This page answers some of your questions about what Personal Protective Equipment (PPE) your employer should be providing.
What protective equipment should I be getting from my employer?
Where a risk assessment shows a need for PPE, the equipment you will get depends on what you do, with whom and where you are working.
For many staff, this will consist of items such as gloves and aprons. Those more at risk may require masks and face/eye protection.
PPE issued in relation to COVID-19 should only be issued when the risk assessment shows it is necessary.
PPE will largely be concentrated on those caring for patients with symptoms or cleaning premises contaminated by droplets/body fluids that may contain the virus.
This will allow PPE to be concentrated on those that require it. It is important that you are trained in its use.
Incorrect use of PPE may be putting yourselves, colleagues, family and friends at additional risk. The virus lives longer on plastics than ordinary clothes, so if not correctly used and disposed of items such as masks can be become vessels for spreading infection.
For other staff, unless the risk assessment shows otherwise, measures such as working from home, workplace adjustments and following government guidelines on social distancing and self-isolation are the most effective preventive measures.
All PPE issued to prevent the spread of COVID-19 should be:
- correctly fitted, taking into account any impairment or health condition, as well as body shape
- located close to the point of use
- stored to prevent contamination in a clean/dry area until required for use (expiry dates must be adhered to)
- single-use only (or sessional use, i.e. a period of time where a healthcare worker is undertaking duties in a specific care setting/exposure environment e.g. on a ward round)
- changed immediately after each patient and/or following completion of a procedure or task
- disposed of after use into the correct waste bin/stream.
Protective equipment for those caring for patients who have COVID-19 symptoms.
Many of you will be looking after patients and residents who are displaying COVID-19 symptoms.
The NHS and the UK’s Health Protection Authorities have agreed guidance on the protective equipment required for staff working in settings that may contain patients with COVID-19. These are contained in easy to read charts for:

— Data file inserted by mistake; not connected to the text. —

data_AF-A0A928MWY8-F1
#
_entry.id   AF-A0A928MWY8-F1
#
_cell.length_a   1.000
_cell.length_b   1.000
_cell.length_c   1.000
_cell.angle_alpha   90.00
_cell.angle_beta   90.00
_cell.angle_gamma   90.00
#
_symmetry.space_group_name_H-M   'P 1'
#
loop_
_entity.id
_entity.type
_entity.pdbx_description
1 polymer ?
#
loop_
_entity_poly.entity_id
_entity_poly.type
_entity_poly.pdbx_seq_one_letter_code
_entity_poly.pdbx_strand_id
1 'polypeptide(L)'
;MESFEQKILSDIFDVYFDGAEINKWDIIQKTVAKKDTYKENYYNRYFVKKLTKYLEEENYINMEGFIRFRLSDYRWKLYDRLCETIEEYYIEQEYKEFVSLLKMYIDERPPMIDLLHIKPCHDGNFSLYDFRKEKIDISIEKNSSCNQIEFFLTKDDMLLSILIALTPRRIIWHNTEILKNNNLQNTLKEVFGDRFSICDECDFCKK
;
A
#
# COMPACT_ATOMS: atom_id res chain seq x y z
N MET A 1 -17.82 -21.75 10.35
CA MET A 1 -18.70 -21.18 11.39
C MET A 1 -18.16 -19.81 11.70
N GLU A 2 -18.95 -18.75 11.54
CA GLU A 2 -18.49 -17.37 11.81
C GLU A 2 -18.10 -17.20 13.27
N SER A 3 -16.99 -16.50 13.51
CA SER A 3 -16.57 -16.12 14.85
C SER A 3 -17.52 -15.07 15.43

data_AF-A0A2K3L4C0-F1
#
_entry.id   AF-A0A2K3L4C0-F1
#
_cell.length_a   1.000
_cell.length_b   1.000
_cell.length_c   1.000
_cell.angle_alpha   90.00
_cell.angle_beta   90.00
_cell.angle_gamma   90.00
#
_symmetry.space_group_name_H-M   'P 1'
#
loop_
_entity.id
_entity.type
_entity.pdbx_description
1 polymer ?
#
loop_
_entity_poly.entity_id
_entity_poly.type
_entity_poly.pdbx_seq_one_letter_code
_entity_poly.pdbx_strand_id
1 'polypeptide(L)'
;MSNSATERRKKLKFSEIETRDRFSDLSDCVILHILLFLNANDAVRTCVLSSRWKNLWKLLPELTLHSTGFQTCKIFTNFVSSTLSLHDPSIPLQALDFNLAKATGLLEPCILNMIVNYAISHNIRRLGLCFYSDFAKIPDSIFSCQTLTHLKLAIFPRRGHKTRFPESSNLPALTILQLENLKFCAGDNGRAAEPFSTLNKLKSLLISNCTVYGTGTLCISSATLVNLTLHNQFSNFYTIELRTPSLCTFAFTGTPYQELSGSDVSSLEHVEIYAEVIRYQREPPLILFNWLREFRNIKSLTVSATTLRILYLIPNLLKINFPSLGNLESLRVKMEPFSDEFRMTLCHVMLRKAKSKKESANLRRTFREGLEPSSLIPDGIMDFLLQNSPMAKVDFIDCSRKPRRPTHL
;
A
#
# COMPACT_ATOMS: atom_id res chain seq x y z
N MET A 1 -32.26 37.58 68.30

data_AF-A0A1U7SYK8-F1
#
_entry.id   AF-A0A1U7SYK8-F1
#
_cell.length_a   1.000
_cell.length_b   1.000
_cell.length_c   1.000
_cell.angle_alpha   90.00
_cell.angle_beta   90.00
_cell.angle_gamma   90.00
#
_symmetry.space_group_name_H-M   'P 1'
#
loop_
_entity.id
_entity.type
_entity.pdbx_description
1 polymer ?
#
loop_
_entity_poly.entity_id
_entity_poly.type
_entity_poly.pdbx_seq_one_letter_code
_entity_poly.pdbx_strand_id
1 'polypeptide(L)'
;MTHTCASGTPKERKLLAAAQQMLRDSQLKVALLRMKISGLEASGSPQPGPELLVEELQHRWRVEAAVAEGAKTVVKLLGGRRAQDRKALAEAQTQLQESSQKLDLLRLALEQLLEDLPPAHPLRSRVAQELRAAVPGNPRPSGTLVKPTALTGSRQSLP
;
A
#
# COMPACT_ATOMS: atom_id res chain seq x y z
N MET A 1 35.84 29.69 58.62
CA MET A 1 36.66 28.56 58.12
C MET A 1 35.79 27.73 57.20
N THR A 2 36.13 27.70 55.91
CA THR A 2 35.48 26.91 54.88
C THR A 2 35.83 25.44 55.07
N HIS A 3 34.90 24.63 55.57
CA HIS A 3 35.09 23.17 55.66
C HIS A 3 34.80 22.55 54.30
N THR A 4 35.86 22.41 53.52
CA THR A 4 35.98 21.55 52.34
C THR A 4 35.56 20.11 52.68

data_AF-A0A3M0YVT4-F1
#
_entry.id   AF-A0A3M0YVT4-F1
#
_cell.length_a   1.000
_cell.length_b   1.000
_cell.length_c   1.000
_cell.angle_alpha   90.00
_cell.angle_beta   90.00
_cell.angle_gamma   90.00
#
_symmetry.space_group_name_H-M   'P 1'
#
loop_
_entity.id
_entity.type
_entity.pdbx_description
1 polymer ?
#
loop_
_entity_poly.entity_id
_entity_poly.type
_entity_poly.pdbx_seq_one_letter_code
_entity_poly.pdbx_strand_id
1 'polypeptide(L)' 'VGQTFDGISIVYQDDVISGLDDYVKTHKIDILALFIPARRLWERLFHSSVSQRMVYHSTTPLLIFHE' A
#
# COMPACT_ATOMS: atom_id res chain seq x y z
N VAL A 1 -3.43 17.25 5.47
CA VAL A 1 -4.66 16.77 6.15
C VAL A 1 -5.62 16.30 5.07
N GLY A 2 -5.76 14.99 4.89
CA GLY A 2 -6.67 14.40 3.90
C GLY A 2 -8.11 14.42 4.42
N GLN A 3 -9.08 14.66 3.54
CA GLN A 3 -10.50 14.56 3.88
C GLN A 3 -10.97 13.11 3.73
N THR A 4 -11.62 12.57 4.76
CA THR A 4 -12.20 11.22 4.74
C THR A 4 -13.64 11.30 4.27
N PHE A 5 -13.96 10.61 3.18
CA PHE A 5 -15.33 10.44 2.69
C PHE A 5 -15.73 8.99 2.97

It also contains this visual aid which you may find helpful.
Where there are problems with the supply of equipment your manager should contact the NHS Supplies dedicated employer hotline who should be able to resolve the situation.
Please note that Social Workers, Personal Carers/Assistants, Unpaid/informal carers, Palliative Care, Non-Residential Substance Misuse, Retirement and Private Healthcare facilities do not currently get their PPE from NHS Supplies.
Some of these organisations should have their own alternative suppliers. Contact your branch if you are not getting the PPE you require.
Personal Carers can ask their Local Authority Care Service or Clinical Commissioning Group for assistance. Again, contact your branch if you need help in doing this.
UNISON is continuing to argue for comprehensive provision covering all services.
If your job involves cleaning premises where there have been possible or confirmed cases, you should as a minimum be provided with disposable gloves and an apron.
Where a higher level of contamination may have been present, for example cleaning rooms that have been slept in by suspected sufferers of COVID-19, where there is visible contamination with body fluids), then surgical face masks and eye protection should be considered.
Removing and donning protective clothing and equipment
We all have a responsibility to wash our hands. However when you have been using any sort of protective equipment it is particularly important after you have been wearing it, and that you comply with any instruction provided by your employer.
It is also important comply with instructions on how to remove the equipment, keeping it away from your face and ensuring you do so as far away from colleagues, patients and residents so that you avoid the possibility of splashing.
However, there is also a responsibility for employers to ensure you are given the space and time to do all this safely and that it is considered part of your paid hours and duties. Hand hygiene and the safe use of equipment is important for both you and those you care for.
The appropriate use of personal equipment will protect staff uniform from contamination in most circumstances.
However where you are working in COVID-19 infected areas employers should consider, if not already provided, measures such as financial support (tax relief may be available otherwise), changing rooms, additional uniforms and laundry services (if not already provided).